We survived another Mother’s Day. One that is annually filled with joy, odd expectations and sometimes quiet sorrow. As one of my many sisters in laws summed it, it truly is a day that makes us all reflect.
It is a wonderful holiday, created and recognized with greeting cards and a little bit of guilt if your card doesn’t arrive on time. Or God forbid you forgot.
It always falls on probably the most beautiful, hopeful month of the year. All you need is a box of tissues for the memories and the pollen. And a good sense of humor. Because mothers’ Mother’s Day around the world reminds us to smile and make sure everyone else is okay at the same time.
We are good at that.
I hope everyone’s Mother’s Day brought special joy like mine did. I heard from my children and family and friends near and very far, many unexpectedly.
These are moms who have survived all kinds of illness, lost mittens and homework, missing socks and dogs throwing up in the middle of it all while packing the ten thousandth peanut butter sandwich in time to make the bus.
I am blessed also by the phone calls and messages I received from guys who ate those sandwiches made by their own moms, not by me. It is a day of decency and respect.
They are mentors, teachers, counselors, aunts, godmothers and godfathers, neighbors, walking buddies and volunteers. They are beautiful people with purpose and a nice comment to just recognize the day as it was meant to be.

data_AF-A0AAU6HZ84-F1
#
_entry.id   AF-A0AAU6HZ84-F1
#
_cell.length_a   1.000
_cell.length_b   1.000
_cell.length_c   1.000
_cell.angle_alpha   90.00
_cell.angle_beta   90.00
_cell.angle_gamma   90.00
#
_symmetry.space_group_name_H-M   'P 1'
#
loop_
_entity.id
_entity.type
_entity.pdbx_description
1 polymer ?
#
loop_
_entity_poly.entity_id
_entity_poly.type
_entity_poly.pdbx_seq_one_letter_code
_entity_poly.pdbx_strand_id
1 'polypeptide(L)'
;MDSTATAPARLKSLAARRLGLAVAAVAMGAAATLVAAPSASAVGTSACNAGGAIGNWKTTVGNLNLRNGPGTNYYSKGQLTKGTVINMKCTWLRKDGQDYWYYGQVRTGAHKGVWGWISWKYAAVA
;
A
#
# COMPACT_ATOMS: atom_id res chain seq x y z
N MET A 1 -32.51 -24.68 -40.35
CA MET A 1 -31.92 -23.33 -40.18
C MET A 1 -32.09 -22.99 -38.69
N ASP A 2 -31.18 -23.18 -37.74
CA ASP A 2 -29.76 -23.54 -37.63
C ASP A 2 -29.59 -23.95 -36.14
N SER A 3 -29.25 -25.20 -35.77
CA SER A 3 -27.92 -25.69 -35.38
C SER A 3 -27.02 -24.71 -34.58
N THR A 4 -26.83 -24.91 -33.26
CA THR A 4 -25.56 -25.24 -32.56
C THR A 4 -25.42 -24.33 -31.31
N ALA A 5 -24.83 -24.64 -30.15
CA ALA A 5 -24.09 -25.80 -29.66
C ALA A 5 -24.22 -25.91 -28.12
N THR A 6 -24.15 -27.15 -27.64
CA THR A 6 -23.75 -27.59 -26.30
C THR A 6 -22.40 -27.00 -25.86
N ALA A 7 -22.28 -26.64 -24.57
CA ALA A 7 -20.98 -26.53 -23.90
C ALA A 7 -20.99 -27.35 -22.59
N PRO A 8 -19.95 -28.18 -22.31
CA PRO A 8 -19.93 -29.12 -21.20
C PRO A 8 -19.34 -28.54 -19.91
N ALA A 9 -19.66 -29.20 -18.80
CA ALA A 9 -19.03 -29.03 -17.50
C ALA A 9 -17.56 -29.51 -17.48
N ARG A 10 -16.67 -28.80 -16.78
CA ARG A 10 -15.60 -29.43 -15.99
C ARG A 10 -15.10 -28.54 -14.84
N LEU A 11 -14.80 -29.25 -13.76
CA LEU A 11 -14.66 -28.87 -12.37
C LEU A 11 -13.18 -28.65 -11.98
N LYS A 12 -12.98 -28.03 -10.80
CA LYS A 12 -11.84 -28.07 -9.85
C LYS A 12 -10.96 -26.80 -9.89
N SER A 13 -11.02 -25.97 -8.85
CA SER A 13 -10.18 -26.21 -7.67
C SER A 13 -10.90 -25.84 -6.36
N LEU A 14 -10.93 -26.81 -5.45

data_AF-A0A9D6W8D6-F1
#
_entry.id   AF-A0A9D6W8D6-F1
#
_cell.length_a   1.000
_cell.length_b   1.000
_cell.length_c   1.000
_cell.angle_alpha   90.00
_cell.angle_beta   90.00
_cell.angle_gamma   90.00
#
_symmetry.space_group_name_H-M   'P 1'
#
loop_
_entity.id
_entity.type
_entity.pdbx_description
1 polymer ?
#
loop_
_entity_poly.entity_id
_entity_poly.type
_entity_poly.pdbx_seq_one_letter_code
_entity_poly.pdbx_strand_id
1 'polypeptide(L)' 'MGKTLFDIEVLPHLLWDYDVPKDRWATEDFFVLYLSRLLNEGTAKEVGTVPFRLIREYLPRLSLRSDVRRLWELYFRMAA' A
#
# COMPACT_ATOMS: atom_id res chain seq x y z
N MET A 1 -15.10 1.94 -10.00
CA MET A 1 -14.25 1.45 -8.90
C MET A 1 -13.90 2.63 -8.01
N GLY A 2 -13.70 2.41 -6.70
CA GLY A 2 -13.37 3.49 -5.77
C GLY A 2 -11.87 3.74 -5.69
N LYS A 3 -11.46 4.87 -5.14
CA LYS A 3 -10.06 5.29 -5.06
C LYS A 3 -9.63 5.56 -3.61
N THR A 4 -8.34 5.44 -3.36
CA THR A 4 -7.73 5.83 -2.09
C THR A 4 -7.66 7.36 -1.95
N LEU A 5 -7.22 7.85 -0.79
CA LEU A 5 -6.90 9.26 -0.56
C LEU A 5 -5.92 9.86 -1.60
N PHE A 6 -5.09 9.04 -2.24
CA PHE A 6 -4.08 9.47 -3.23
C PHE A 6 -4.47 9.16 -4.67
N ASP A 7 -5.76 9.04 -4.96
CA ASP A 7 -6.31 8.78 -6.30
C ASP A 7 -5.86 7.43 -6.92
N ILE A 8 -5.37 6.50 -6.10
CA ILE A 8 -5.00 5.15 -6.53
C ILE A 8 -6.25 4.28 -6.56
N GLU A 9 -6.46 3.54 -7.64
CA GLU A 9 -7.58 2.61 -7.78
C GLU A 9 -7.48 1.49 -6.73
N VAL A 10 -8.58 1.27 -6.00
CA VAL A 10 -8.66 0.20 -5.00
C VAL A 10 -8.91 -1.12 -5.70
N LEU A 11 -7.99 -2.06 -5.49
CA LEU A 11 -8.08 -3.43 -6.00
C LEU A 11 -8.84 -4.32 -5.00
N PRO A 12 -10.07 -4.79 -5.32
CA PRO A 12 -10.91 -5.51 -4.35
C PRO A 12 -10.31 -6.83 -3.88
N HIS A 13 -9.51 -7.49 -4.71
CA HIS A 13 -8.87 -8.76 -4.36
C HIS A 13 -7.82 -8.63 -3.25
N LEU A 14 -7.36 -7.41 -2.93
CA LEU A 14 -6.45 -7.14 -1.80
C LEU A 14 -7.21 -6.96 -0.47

American Anna Jarvis created the day’s moniker in 1904 in recognition of her own mother’s many sacrifices. With great amounts of lobbying, Mother’s Day was officially recognized as a national holiday ten years later in 1914, signed into eternal lure by President Woodrow Wilson.
For those of you with Philadelphian roots, you may be interested to know that it was Anna Jarvis’s friend, legendary retailer John Wanamaker who funded her efforts to make Mother’s Day an official holiday.
From what I have read, Mr. Wanamaker loved and profited from the concept. And so. the commercialization of Mother’s Day began.
Ms. Jarvis, who remained unmarried and without children of her own in her lifetime was not in the end happy with how the holiday begot profits for entrepreneurs. She even tried to halt Mother’s Day from becoming a nationally recognized day.
She did not appreciate that Mother’s Day became a moneymaker for thousands of today’s greeting card factories and florists.
Regardless, it’s a great American story of a courageous woman who set out to honor motherhood as it was meant to be and cherished.
Funny, we all get Labor Day off as a national holiday, but mothers still have to be mothers on the second Sunday of every May.
Happy belated Mother’s Day, all moms and dads and children.